Hope Star from Hope, Arkansas on August 28, 1974 · Page 5
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Hope Star from Hope, Arkansas · Page 5

Hope, Arkansas
Issue Date:
Wednesday, August 28, 1974
Page 5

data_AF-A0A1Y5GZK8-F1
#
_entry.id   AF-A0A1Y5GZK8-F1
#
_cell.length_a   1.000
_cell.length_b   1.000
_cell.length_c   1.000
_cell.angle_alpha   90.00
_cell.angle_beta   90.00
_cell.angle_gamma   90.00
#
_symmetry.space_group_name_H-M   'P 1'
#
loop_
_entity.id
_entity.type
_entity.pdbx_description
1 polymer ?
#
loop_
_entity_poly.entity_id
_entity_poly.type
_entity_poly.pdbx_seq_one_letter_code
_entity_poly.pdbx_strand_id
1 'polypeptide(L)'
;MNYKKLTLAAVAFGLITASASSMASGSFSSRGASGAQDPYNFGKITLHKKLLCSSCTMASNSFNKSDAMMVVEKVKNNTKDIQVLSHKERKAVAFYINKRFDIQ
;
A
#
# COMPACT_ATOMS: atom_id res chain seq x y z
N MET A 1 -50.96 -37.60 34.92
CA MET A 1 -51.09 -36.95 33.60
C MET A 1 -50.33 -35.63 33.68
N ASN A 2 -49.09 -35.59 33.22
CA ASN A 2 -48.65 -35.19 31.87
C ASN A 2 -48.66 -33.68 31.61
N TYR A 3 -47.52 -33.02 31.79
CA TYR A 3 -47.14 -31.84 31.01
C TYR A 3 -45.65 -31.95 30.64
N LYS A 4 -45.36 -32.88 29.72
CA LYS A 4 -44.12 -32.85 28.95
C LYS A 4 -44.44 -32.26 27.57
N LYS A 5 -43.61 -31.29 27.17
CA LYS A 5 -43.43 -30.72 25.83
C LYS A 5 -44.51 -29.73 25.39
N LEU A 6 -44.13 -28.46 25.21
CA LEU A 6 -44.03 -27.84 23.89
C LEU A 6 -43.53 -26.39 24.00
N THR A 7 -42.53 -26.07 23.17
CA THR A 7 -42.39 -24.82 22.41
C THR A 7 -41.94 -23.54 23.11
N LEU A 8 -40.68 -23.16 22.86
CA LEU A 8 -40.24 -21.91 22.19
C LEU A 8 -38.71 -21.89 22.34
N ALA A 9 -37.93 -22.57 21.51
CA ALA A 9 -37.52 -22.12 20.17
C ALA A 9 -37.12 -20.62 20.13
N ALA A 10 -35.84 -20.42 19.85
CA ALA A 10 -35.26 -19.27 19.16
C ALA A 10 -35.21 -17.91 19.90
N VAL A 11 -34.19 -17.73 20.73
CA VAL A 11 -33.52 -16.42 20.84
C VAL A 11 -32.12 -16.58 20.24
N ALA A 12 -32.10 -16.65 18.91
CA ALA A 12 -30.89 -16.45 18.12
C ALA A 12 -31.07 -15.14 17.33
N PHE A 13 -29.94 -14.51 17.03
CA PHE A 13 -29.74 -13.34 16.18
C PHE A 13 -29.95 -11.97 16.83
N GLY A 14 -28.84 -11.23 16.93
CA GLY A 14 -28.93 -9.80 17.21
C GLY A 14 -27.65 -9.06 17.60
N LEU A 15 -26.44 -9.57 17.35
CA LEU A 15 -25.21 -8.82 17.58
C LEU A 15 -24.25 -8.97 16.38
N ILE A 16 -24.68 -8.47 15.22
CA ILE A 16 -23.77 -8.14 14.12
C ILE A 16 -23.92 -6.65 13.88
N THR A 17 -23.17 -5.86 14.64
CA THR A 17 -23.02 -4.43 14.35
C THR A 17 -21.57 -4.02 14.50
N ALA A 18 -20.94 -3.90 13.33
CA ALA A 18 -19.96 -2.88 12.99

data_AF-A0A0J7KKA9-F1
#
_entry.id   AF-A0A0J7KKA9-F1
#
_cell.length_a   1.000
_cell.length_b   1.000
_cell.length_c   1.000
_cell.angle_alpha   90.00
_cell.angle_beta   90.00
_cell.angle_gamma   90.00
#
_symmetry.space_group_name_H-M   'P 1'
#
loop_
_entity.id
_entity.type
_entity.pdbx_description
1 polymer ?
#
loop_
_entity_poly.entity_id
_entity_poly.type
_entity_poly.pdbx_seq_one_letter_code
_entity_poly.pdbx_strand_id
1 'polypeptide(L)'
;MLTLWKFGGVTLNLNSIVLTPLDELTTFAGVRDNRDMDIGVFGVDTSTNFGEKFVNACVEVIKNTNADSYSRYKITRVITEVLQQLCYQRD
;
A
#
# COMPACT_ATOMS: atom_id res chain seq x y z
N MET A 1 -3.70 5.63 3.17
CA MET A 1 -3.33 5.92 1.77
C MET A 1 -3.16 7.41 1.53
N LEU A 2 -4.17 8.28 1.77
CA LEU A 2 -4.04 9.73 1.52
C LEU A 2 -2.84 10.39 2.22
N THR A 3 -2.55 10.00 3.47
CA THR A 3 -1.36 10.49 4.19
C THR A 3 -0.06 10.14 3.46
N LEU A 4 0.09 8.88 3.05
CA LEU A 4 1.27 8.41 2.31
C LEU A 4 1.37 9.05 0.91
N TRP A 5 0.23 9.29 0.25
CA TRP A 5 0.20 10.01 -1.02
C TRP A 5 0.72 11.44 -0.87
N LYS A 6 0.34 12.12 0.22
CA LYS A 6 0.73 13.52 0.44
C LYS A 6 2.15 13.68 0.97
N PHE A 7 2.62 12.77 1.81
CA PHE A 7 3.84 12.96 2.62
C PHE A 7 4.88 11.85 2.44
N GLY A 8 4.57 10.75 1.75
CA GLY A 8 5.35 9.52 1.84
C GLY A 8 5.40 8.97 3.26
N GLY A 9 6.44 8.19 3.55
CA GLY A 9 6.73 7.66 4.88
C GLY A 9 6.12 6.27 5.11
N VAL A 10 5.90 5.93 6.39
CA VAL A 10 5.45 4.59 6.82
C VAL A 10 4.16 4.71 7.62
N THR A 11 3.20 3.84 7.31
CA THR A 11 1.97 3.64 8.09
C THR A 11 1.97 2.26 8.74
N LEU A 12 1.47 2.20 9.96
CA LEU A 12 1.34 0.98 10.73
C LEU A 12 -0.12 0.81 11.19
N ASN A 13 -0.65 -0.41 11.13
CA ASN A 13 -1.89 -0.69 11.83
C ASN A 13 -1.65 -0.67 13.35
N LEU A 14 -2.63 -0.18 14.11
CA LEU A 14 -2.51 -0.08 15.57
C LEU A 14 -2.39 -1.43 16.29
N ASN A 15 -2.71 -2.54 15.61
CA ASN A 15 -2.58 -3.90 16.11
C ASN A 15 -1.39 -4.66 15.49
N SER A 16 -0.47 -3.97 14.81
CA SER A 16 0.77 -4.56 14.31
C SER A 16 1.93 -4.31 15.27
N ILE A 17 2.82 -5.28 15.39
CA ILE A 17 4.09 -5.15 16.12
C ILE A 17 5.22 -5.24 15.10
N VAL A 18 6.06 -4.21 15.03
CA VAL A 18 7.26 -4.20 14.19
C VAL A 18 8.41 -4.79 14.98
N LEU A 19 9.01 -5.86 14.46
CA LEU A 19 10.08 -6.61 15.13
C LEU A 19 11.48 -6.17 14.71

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Wednesday, August 28, 1974 AMPIproclaims unity and record sales year . (AP)Proclaiming unity and a record sales year, the nation's largest dairy co-operative is preparing to meet this Weekend in Minneapolis. Associated Milk Producers, Inc. (AMPi)j headquartered here t announced Tuesday it sold just under $1.42 billion of fluid milk and manufactured dairy products. Along with the financial report for the fiscal year which ended June 30, general manager George Hehren and president John Butterbrodt issued a joint statement. "We have been put to virtually every conceivable test of the market, the government and the public forum known to mankind," they said. "We have endured and passed these tests with strength and unity." At least one member of the co-operative, John Ertel of San Antonio, doesn't believe there is unity. Ertel, who is also a law* yer, will be going to the annual meeting in Minneapolis as a voting delegate. "It's no secret I'd like to see a change in management," Ertel said "Many, many dairymen I've talked to are not pleased with the present management or the present board members." Hehren and Butterbrodt said, "It has been a hard year, but a good year." For one thing, said the pair, AMPI returned a maximum 95 cents on the dollar to dairy farmers in milk checks despite the co-operative's net margin decreasing 27 per cent from the previous year. During the previous year, farmers received 94 cents out of each dollar of AMPI revenue. However, the co-operative faced problems. Three of its former officials pleaded guilty to charges involving illegal corporate contributions to candidates for public office. The co-operative itself pleaded guilty and was fined for a $100,000 corporate contribution to former President Nixon's re-election campaign. AMPI continued to fight an expensive antitrust suit brought by the federal government, alleging the 37,000-member co-operative sought to monopolize the sale of milk in the Midwest Recently the co-operative agreed to a consent decree to settle the suit out of court, but other private and state suits are pending. The co-operative announcement Tuesday said the record 1974 sales were 28.5 per cent or $315 million above the previous year's totals. Young girl smokers catching up to boys By MARTHA COLE Associated Press Writer WASHINGTON (AP) — The percentage of teen-age girls who smoke cigarettes is catching up to that of boys, according to new government figures. In 1968, the proportion of girls smoking was just over half that of boys. The new figures for 1974 have spurred the National Clearinghouse for Smoking and Health to intensify its efforts to reach teen-agers, particularly the girls. The Clearinghouse also is get- •ting out new posters and pamphlets directed at woman smokers — "These days there's no such thing as a dumb reason for not smoking," they say; The 974 survey for the clearinghouse of 2,553 boys and girls reports that 15.8 per cent of boys, ages 12 through 18 years, said that they smoked cigarettes regularly. The figure for girls is 15.3 per cent. The 1968 figures were 14.7 per cent for boys, 8.4 per cent for girls. The 1974 survey also showed that 74.5 per cent of the boys and 76.2 per cent of the girls reported that they never had smoked a cigarette or had experimented only. It also showed that 9.2 per cent of the boys and 7.9 per cent of the girls reported they were ex-smokers and five- tenths of one per cent of the boys and six-tenths of one per cent of the girls were occasional smokers, meaning less than one cigarette a week. The clearinghouse, part of the Public Health Service, estimated that there are about 4 million teen-age cigarette smokers in the country today. 'I Quit Smoking Club 9 — SPRING GROVE, 111. (AP) — Jim Miller found out a year ago that 280 of his 700 employes smoked. So he started an "I Quit Smoking Club" and has rewarded with $50 bills the 10 who managed to stay off cigarettes for a year. The 10 who stuck it out were members of a group of 36 em- ployes who took the pledge. They all work at Intermatic Inc., a timer manufacturing firm of which Miller is president. "I thought 36 taking the pledge was sensational, a fine percentage to make the move for such a hard habit to kick," said Miller, who stopped smoking 20 years ago at the age of 25. "And I thought it was great that 10 lasted it out to win the $50 awards." He said the 36 names were printed each week in the office newsletter. Those who dropped out had lines drawn through their names; those who didn't got $50 Tuesday. "The list was the first thing all the workers looked at when they got the newsletter," said Miller. "The ages of the 10 who stuck it out ranged from 22 to 63 and included two women. When the year ended, they came into my office and signed a certificate that they had not smoked. Another two nearly made it, but admitted that during the year they had smoked two or three times. "I told the 10 winners that according to the American Cancer Society if they continue not to smoke, they will add nine years to their lives and that would amount to $40,000 to $50,000 in pension and Social Security money — and that they also saved about $250 in the cost of cigarettes during the year. Miller says he's now considering putting up $1,000 or more and letting those who quit for a year split it. "I want to lick this smoking habit some way," he said. "You win a few and you lose a few — the main thing is to keep trying," said Miller. HOPE (ARK.) STAR A TALL ORDER is one way to describe construction of a new nuclear power plant at Port Clinton, Ohio. Huge cranes deliver steel beams to work stations inside the cooling tower, left. Below, an exterior view of the 500-foot tall tower which will hold five million gallons of water when the plant begins producing commercial electricity in 1975. Page Five Turkey rejects Soviet plan; Greeks ask for UN meeting By The Associated Press Turkey has rejected the Soviet proposal for an 18-nation conference on the future of Cyprus. Meanwhile, the Greek Cypriot government asked for a United Nations Security Council meeting to discuss the plight of the 200,000 Greek Cypriots reported driven from their homes by the conquest of the northern third of the island. Foreign Minister Turan Gunes told the Soviet ambassador to Turkey that the proposed parley — which would include the 15 members of the Security Council plus Greece, Turkey and Cyprus — might set a precedent for unwarranted Security Council interference. It also might prolong negotiations, Gunes added. Gunes reiterated his government's position that the future of Cyprus must be decided in negotiations between the Greek and Turkish Cypriot communities along with Turkey, Greece and Britain the guarantors of Cypriot independence under the island's 1960 independence treaty. In Washington, Turkish Ambassador Nuri Eren accused Moscow of trying to prevent a solution to the Cyprus problem and create chaos in Greece. He asserted that Greece also does not like the Soviet proposal, and though the Greek government has accepted it formally. The Security Council meeting requested by the Cypriot government was expected Thursday. The meeting also will provide a platform for Soviet Ambassador Jacob Malik to urge his government's conference proposal and for a report from Secretary-General Kurt Wald- Athens, Nicosia and. Ankara." The U.N. high commissioner for refugees Prince Sadruddin Aga Khan, completed a six-day inspection of the refugee situation on Tuesday and flew back to Geneva to issue a plea for international help. Turkish troops in northern Cyprus rounded up hundreds of Greek Cypriot men on Tuesday for interrogation, and a Turkish officer said those who were "soldiers in civilian clothes" or members of the EOKA-B underground army would be sent to Turkey as prisoners of war. Inmates complain FORT SMITH, Ark. (AP) Three prisoners have filed separate lawsuits in U.S. District Court, contending that they suffered from police brutality and were incarcerated in filthy conditions at the Sebastian County Jail. The litigations were filed against several Fort Smith policemen and Sebastian County law enforcement officials. The defendants are Sheriff Bill Cauthron of Fort Smith; his deputy, Harold Stafford; and county jailer Noel Glover. Also named as defendant in one suit was the chief of police. Carl Beyer is the Fort Smith police chief. One plaintiff, James Ellingburg, sought $25,000 in damages from Cauthron and $50,000 from Stafford. Ellingburg contended that portions of a court file, Survey shows Mills' image down more than 50 percent LITTLE ROCK (AP) - Public confidence in Rep. Wilbur D. Mills, D-Ark., has dropped more than 50 per cent, according to a survey taken by Action Research, Inc., of Arkadelphia. The survey revealed that public confidence in Mills fell from 70 per cent to 34 per cent in a five-month period. The firm based its figures on personal interviews with 523 registered voters in Arkansas between Aug. 1 and Aug. 10, and said the findings in Mills' 2nd Congressional District were about the same. Mills is seeking a 19th term Transit system final link ready SAN FRANCISCO (AP) After a decade of controversy, the $1.6 billion Bay Area Rapid Transit system has won state approval to open its final link, five years late. The system is the nation's most advanced mass transit operation. Bay Area Rapid Transit engineers overcame the final hurdle to full-scale operations on Tuesday by convincing the California Public Utilities Board that an electronic system could safely dispatch 80 miles per hour computerized trains through the 3.6-mile underwater link between San Francisco and Oakland. The transbay tube, 132 feet beneath the bay, will open officially on Sept. 16. It is the last link in the 75-mile system that has been praised for its technical sophistication and criticized for its cost overruns, mechanical bugs and a five-year construction delay. The experts said the Computer Automated Block System, which automatically maintains a safe distance between trains in the tube, functioned successfully. "However, the reports noted that four potentially unsafe situations arose during the conduct of the stress tests, all of which resulted from human error because of noncompliance with operative rules," the Public Utilities Board said. Bay Area Rapid Transit agreed to make changes in compliance with the order. Former President Lyndon B. Johnson presided at the system's ground-breaking ceremonies in suburban Concord on June 19,1964. At that time, Bay Area Rapid Transit officials projected late 1969 as the completion date for the entire system. However, strikes, financial difficulties and failures in the system's sophisticated technology extended the target date several times. Initial operations in the East Bay began in September 1972 and the San Francisco line opened last November * * + * The strength ul' the natum is no greater than the strength of families within it this year but is opposed by Republican Judy Petty of Little Rock. The survey showed that 40 per cent of those questioned were neutral on Mills, while 26 per cent indicated an unfavorable reaction to him. Jim Ranchino, president of the firm, said the report noted that the fall in public confidence took place more swiftly in the case of Mills than in the case of President Nixon, who resigned earlier this month. "The voters are evidently tiring of him," the report said of Mills, calling him "extremely vulnerable." Disclosures of illegal funding of Mills' 1972 presidential campaign and questions about his ties to Associated Milk Producers, Inc., underlay the drop in confidence, the report said. These matters, the report said, "have raised serious doubts in the Arkansas voter's nxind about Mills' integrity and reputation." WEDNESDAY There is nothing better for a man than that he should eat and drink, and find enjoyment in his toil. This also. 1 suvv, is from the hand of God; for apart from him who can eat or who can have enjoyment? - Eccl. 2:24,25. "The only method by which people can be supported is out of the effort of those who are earning their own wa>. U'e must not create a deterrent lo hard work " — Robert Tuft, tonaei- I' S Senator medical records and letters from Gov. Dale Bumpers were destroyed or lost. He accused Glover of withholding medicine that had been prescribed for Ellingburg. Ellingburg also contended that conditions at the jail were unconstitutional. He alleged that he saw a deputy use an electric shocker on a prisoner; that inmates suffered police brutality; that the jail was filthy; mattresses were "bug-ridden" and plumbing and lighting were inadequate. A second suit, filed by Jimmy McCormick, sought $10,000 in damages from Cauthron, contending that he was denied medical care. Haskell Moses filed the action against Cauthron and Beyer, contending that his imprisonment violated his constitutional rights. Moses alleged that he was fined $170 and given a 90-day jail term on a charge of marijuana possession in August and that he was found guilty later on a charge of driving while intoxicated and was given a 180- day term. He contended the punishment constituted double jeopardy. Published claims have put Pat Hearst in many places LOS ANGELES (AP) — "I know what I have to du," Patty Hearst said in her most recent statement from the underground. "My comrades didn't die in vain.... I still feel strong and determined to fight." With that enigmatic promise of action, delivered in a tape recording on June 7, the renegade newspaper heiress vanished from center stage. She has not been heard from since. Published claims have placed her in such diverse possible hideouts as Guatemala, Panama, Canada, Illinois, Los Angeles and the San Francisco Bay area. Miss Hearst, 20, was dragged screaming from her Berkeley apartment on Feb. 4. Two months later in tape recordings she denounced her newspaper publisher, father, jilted her fiance, adopted revolutionary rhetoric and said her name was now "Tania." She is wanted on charges of kidnaping, assault and robbery along with captors-turned-comrades William and Emily Harris, thought to be the last members of the SLA. If captured and convicted, she could be imprisoned for life. "We do not know whether or not she is out of the country," FBI Director Clarence M. Kelley said at one point. "We do not know where she is." Reports of eyewitness "sightings" of Miss Hearst and the Harrises continue. "We've got new leads in this case and we still get new leads coming in almost every day," FBI Special Agent Charles Bates said on Tuesday. But Bates, who has been directing investigation of the case from San Francisco, added, "I don't have anything specific as far as developments are concerned." Bates, who has admitted that he loses sleep worrying about the case, said, "I think our chances of catching any federal fugitive are good. We catch thousands of them every year. I think we will catch Miss Hearst and the other two, but I just can't tell you when." The San Francisco FBI alone has interviewed 22,000 people in connection with the case, Bates said. In California, police have stopped hundreds of persons for questioning because they were suspected of SLA connections or resembled the fugitivies. More tips have been followed by law enforcement agencies in other parts of the country Six SLA members, including the group's leader, Donald "Cinque" DeFreeze, died in a fiery shootout that destroyed their Los Angeles hideout May 17. Two witnesses said they believed Miss Hearst left the hideout shortly before the shootout but the FBI discounted the reports. The last reliable sighting of Miss Hearst was on May 19 when a Los Angeles landlady said two black men and a white IT'S NICE to be paid promptly in case of a loss. Many of our claims can be settled right on the spot! ANDERSON-FRAZIER Second & Main Phone 777-3481 HOPE, ARKANSAS woman tried to rent an apartment for the night for $500. She said that when she told them there was no room, one of the men nicked her dress with a knife. The landlady picked out a picture of the heiress from a row of photos. The tape with the heiress' vow to fight on for the SLA was found under a mattress in an alley after an anonymous telephone call to a Los Angeles radio station. In Salt Lake City, Utah, the Highway Patrol issued a bulletin for a man resembling Harris. In Sandpoint, Idaho, a jail escape briefly was linked to the SLA but was later discounted as a connection. Last month in the Los Angeles suburb of North Hollywood more than 150 police officers surrounded an apartment building after being tipped that Patty Hearst was there. Police later complained that mobs of spectators rushed to the scene so quickly that police could barely get through the crush when they arrived. Miss Hearst's distressed parents, Randolph A. and Catherine Hearst, who had rushed to Los Angeles by plane, left saying they were "very disappointed." Hearst, president and editor of the San Francisco Examiner, said, "I wanted to be of help in the final end of this story if it came here." The Hearsts returned to the seclusion of their Hillsborough, Calif., home to continue the or- deal of waiting for word of their daughter. Hearst has said he believes his daughter was brainwashed by her captors. Authorities have been plagued with fake letters contending to be from the SLA. In early July, a television reporter, crediting an unidentified police source, claimed that Miss Hearst and the Harrises had traveled to Guatemala and made contact with underground political leaders there but returned to the San Francisco Bay area. Bates termeu that report "news to me" and said, "I know nothing that would lead me to the conclusion that any of them were ever in Guatemala." Then, a Washington reporter, crediting "informed Latin American sources," claimed that Miss Hearst had traveled from San Jose, Costa Rica, to Panama where she was given asylum by a Panamanian general. The story said Miss Heart's travels were arranged through diplomatic channels. The State Department's Latin American office branded the report false. From Chicago came a claim that Miss Hearst and the Harrises have been trying to make contact with the radical Weather Underground. The three-month lull in actual developments has not dissipated public interest in the Patty Hearst saga. YOUR KEY TO VALUE E ' CORNER OF 2ND & MAIN-HOPE 'RICES GOOD THURS., FRI. AND SAT. EEKEND SPECIAL "WE RESERVE THE RIGHT TO LIMIT QUANTITIES" REGULAR Our Reg. 2/1.00 GIRL'S BLAZERS GIRL'S SLACK- SHAWL SET sizes 7-14 LADIES NYLON TOPS SOLID W/TRIM Colgate COLGATE TOOTHPAST .44 5 oz. 64oz.